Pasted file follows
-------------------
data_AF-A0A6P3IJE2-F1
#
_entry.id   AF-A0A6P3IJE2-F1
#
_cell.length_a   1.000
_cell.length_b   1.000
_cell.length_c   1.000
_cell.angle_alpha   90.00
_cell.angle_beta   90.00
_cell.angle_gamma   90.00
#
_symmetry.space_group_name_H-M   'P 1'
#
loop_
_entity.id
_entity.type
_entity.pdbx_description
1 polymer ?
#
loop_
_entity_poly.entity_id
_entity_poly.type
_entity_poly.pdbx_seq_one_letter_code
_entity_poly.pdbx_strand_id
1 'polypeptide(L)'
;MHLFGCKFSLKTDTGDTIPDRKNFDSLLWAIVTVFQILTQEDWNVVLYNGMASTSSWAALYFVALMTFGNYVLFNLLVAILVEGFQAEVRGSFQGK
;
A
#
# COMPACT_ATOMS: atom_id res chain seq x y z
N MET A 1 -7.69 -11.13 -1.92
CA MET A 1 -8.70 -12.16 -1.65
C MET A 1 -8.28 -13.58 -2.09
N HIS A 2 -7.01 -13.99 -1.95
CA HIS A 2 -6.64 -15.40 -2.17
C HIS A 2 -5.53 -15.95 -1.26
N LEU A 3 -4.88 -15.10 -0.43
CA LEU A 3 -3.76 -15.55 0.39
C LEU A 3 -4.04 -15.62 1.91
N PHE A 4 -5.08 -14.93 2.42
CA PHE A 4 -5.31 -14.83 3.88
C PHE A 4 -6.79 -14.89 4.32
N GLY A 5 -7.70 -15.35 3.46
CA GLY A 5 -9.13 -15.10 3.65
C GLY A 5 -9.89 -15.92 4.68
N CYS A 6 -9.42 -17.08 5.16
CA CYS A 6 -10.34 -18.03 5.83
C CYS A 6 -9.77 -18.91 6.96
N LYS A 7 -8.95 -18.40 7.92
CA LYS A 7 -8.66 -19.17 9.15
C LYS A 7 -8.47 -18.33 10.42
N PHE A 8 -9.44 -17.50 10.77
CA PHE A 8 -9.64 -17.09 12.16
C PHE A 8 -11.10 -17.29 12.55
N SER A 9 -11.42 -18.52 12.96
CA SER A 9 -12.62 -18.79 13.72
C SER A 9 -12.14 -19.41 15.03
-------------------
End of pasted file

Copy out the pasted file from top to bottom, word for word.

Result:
data_AF-A0A6P3IJE2-F1
#
_entry.id   AF-A0A6P3IJE2-F1
#
_cell.length_a   1.000
_cell.length_b   1.000
_cell.length_c   1.000
_cell.angle_alpha   90.00
_cell.angle_beta   90.00
_cell.angle_gamma   90.00
#
_symmetry.space_group_name_H-M   'P 1'
#
loop_
_entity.id
_entity.type
_entity.pdbx_description
1 polymer ?
#
loop_
_entity_poly.entity_id
_entity_poly.type
_entity_poly.pdbx_seq_one_letter_code
_entity_poly.pdbx_strand_id
1 'polypeptide(L)'
;MHLFGCKFSLKTDTGDTIPDRKNFDSLLWAIVTVFQILTQEDWNVVLYNGMASTSSWAALYFVALMTFGNYVLFNLLVAILVEGFQAEVRGSFQGK
;
A
#
# COMPACT_ATOMS: atom_id res chain seq x y z
N MET A 1 -7.69 -11.13 -1.92
CA MET A 1 -8.70 -12.16 -1.65
C MET A 1 -8.28 -13.58 -2.09
N HIS A 2 -7.01 -13.99 -1.95
CA HIS A 2 -6.64 -15.40 -2.17
C HIS A 2 -5.53 -15.95 -1.26
N LEU A 3 -4.88 -15.10 -0.43
CA LEU A 3 -3.76 -15.55 0.39
C LEU A 3 -4.04 -15.62 1.91
N PHE A 4 -5.08 -14.93 2.42
CA PHE A 4 -5.31 -14.83 3.88
C PHE A 4 -6.79 -14.89 4.32
N GLY A 5 -7.70 -15.35 3.46
CA GLY A 5 -9.13 -15.10 3.65
C GLY A 5 -9.89 -15.92 4.68
N CYS A 6 -9.42 -17.08 5.16
CA CYS A 6 -10.34 -18.03 5.83
C CYS A 6 -9.77 -18.91 6.96
N LYS A 7 -8.95 -18.40 7.92
CA LYS A 7 -8.66 -19.17 9.15
C LYS A 7 -8.47 -18.33 10.42
N PHE A 8 -9.44 -17.50 10.77
CA PHE A 8 -9.64 -17.09 12.16
C PHE A 8 -11.10 -17.29 12.55
N SER A 9 -11.42 -18.52 12.96
CA SER A 9 -12.62 -18.79 13.72
C SER A 9 -12.14 -19.41 15.03